resolution! I couldn’t be happier to see my loved ones take their
health into initiative but most importantly, it was their decision.

More recently, my plant-strong diet has led me into working alongside my
favorite book/author: The Happy Herbivore by: Lindsay Nixon. I decided
to write her one day asking if I could be apart of her team in any
sort of way, and she was glad to invite me in. Lindsay has been so
kind to allow me to be her intern and show me the ropes of her daily
life as a successful writer, chef and person. Everyday I’m given a new
project. Whether it’s interviewing new people to the plant-based lifestyle, struggling in their rural communities or taking photographs of Lindsay’s latest and
greatest recipes, I’m finding out more and more reasons why my
decision to go plant-strong was worth it.

Thank you Nicole for sharing! Are you a college student who is plant-strong? We’d love to hear from you!

Share
Engine 2 Team
Engine 2 Team

The Engine 2 Team is dedicated to helping you become plant-strong! Each of us are on the plant-strong journey right along side of you!

  • Jenni

    This is just what I needed!!!!

  • Sharon Miller

    I work on campus, started in Housing & since moved to athletics, & I can tell you, this campus is vegetarian & vegan unfriendly – I feel badly for the students that try to eat nutritiously, if they live in residential halls, they have to have a meal plan (no way out!) & the cafeteria and satelite eateries on campus don’t have a clue (Aramark is our vendor). I have completed surveys several times & complained, but they are bout bottom $$ not about health. Many new students that are avid vegans & vegetarians choose to live off campus because of the issues. But I am not giving up…

  • Peggy

    I also work in housing on an urban university campus. Aramark is our vendor and is working with us on a Healthy U initiative. I think being vocal is the answer. We keep pushing for more vegetables and vegan options. I have been able to eat Plant Strong easily most days. It is a process. Now I am working on how we get Sysco to carry kale-that will be a big battle won!!

    I agree with Niclole. Just set the example and let them see how much you love what you eat and how you feel.

  • Julia

    I went vegan after moving off campus, and doubt I would have made it otherwise. Certainly not plant-strong! My first college barely had enough vegetarian options that weren’t cheese pizza, french fries, and sugar cereal; I don’t think they had soy milk at all, and I hardly ever saw a vegetable that wasn’t overcooked, fried, or swimming in some cheesy sauce. At my second college, widely proclaimed one of the most veg-friendly in the country by Peta, vegan options were still few and far between, and they were usually over-processed vegan snacks like veggie burgers, local TofuShop soy products, and Alternative Baking Company cookies. Since moving into my own place, I have really expanded my food options, going to natural food stores and farmer’s markets, but it’s still a choice between economical options like dried beans and grains and fresh organic produce. Plant strong is still cheaper than processed vegan food or vegetarianism, but often times it is more about the healthy choice, even if it does cost the extra dollar.

  • Amy

    I loved this article! I am a 21 year old college senior and my roommate and I switched to a whole foods, plant based diet last month. It has been going great and I have never felt better. Our friends are in shock, but we keep telling them that if you go to the grocery store regularly there is no reason to eat the poisonous fast food that most college students live off of. I think most people focus there attention on older people who are already sick, but targeting people in their 20s is a great opportunity to prevent disease and create healthy habits that will last a lifetime.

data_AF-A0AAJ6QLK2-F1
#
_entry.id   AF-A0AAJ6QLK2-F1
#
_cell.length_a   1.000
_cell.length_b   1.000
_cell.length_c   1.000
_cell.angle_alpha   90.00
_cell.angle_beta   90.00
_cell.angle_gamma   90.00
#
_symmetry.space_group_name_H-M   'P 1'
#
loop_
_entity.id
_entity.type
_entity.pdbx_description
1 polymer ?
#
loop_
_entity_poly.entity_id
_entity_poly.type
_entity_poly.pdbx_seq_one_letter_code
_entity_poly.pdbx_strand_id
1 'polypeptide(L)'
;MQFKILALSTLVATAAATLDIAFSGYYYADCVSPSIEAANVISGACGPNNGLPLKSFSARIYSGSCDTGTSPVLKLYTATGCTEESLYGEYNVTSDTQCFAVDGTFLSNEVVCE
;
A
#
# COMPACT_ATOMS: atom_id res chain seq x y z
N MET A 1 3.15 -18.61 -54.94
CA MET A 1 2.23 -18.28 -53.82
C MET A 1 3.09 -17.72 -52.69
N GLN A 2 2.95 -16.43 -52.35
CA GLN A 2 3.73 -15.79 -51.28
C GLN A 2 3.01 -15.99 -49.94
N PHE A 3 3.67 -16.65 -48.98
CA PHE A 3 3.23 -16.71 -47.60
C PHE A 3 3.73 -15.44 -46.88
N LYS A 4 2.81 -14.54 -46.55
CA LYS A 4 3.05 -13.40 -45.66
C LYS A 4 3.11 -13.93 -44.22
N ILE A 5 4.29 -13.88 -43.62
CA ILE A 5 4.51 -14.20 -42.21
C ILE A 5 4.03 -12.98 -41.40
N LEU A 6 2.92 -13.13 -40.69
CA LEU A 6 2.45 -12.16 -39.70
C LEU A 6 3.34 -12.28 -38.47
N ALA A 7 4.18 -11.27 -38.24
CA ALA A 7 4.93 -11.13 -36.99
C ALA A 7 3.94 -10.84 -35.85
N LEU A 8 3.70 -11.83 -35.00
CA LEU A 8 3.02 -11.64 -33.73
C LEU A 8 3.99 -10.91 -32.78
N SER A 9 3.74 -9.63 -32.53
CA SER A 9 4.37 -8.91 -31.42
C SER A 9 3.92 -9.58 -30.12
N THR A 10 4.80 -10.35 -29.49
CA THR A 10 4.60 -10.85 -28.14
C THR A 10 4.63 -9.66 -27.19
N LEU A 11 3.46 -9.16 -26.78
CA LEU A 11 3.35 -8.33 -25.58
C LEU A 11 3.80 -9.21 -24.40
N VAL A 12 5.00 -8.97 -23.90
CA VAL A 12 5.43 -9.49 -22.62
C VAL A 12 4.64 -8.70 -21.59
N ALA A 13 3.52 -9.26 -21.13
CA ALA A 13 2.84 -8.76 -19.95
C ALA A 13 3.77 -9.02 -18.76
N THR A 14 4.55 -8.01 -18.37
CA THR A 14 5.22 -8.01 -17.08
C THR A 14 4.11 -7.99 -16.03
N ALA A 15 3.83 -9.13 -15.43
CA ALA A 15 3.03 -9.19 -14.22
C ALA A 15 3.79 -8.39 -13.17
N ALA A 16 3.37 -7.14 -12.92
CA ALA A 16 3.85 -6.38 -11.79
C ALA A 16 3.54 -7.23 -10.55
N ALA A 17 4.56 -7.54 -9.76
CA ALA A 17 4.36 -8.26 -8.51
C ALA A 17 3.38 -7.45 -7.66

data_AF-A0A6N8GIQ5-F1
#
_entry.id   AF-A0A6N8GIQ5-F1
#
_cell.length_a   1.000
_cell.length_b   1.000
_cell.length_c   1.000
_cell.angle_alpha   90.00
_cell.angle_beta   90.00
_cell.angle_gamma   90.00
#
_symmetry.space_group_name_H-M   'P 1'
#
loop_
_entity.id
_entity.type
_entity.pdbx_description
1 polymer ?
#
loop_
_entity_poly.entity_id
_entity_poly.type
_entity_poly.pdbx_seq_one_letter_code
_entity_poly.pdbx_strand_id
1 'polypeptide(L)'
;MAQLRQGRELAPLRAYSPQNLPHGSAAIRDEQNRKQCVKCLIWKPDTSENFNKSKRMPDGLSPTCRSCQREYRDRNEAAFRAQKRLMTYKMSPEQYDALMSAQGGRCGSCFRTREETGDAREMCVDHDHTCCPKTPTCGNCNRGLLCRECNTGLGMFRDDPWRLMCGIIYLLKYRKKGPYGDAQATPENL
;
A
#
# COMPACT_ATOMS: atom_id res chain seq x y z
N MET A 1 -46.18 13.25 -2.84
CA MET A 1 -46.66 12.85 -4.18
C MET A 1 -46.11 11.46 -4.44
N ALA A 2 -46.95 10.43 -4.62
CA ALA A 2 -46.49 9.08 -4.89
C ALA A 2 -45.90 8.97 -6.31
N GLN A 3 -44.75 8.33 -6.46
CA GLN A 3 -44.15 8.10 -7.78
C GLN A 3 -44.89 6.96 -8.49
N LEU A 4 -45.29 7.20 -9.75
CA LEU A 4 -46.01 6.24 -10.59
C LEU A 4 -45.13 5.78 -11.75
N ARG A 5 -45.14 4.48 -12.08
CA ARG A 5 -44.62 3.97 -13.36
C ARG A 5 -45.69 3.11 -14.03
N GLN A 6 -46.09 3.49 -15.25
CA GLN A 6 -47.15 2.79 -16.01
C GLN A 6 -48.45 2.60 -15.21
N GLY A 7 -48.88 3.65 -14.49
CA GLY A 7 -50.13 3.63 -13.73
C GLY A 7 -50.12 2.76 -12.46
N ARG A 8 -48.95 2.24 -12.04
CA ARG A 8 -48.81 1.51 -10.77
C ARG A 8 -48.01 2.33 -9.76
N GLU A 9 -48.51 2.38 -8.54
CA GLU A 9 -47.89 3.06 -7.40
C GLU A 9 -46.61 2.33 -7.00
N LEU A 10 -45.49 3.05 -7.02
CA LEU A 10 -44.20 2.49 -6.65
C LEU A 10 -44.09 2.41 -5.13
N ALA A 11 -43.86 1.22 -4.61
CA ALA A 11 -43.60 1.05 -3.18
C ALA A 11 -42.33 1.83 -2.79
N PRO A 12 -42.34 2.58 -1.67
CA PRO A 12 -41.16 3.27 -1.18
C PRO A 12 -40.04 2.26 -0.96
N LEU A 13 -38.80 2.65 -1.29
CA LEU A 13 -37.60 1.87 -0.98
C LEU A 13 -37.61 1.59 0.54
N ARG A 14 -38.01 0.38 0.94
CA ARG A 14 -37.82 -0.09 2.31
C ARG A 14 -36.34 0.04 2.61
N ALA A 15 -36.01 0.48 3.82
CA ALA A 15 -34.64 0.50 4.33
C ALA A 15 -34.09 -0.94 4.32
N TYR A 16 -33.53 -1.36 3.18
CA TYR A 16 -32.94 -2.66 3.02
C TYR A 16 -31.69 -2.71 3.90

• http://www.rawfoodanddrinks.com Shonda Hector

    I wish I could join you all, but unfortunately there are many people like me who cannot digest carbohydrates such as grains. I surely have gluten intolerance (runs in the family). And probably due to the damage that was caused by eating whole grains, I even have issues with beans and potatoes. That leaves me nothing but meat and vegetables and some fruits and nuts sparingly. I purchase organic when I can and avoid hormones and antibiotics in my meats.

  • http://katesgreatkitchen.blogspot.com Kate

    This is an interesting post. Thanks for sharing.

    My youngest son is a college student that nearly starved to death attempting to eat plant-strong and corn-free with student housing food services offerings. He came home with a negative freshman 15 and malnutrition. Since he was already very thin, he was skeletal at the end of the term and very, very ill. Now he attends a university that is close enough to live at home. We plan meals and enjoy our plant strong diet. He has regained his health and weight after a long struggle. We don’t spend a lot of money on groceries, because we grow micro-greens, baby greens, and sprouts in our kitchen, prepare beans, rice, and millet purchased in 25-50# bags, buy and grow organic veggies and fruit in season for fresh eating, freezing and dehydrating, and don’t ingest any processed foods even if they are supposedly vegan/healthy.

    We stopped feeding his college friends as was our previous tradition, because we were sick of the flack over the lack of animal products. Our meals are delicious but not at all like greasy burgers and pizza. We don’t tell people about our choices but wait until they ask. Food is an area that is very emotional for people. They get very defensive when confronted with their poor choices.

  • Karina Philaphandeth

    My boyfriend attends the University of Florida in Gainesville, and pretty soon I will be too! Gainesville is a very agricultural area. In fact, UF was rated PETA’s #1 veg-friendly school. The main dining area has many healthy options. They have fresh fruits and vegetables displayed for decoration everywhere, an enormous variety of locally-grown vegetables at their salad bar, fresh fruits for dessert, and a vegan section that makes me feel right at home… Not to mention, their recipes give me ideas for easy homecooking :) Oh, so delicious! and a great motivation to keep a plant-based lifestyle!

  • http://www.facebook.com/rmeltzer3 Rachel Meltzer

    I feel the same way as you did when you started, but I choose to become vegetarin and almost vegan on my own because I dislike the taste of animal products. How do you shop for one person though? I buy mostly quick, processed foods because I don’t have time and don’t like cooking, and fresh vegetables go bad so fast. Do have a college vegan shopping list and some quick recipes that you can direct me to just for college students?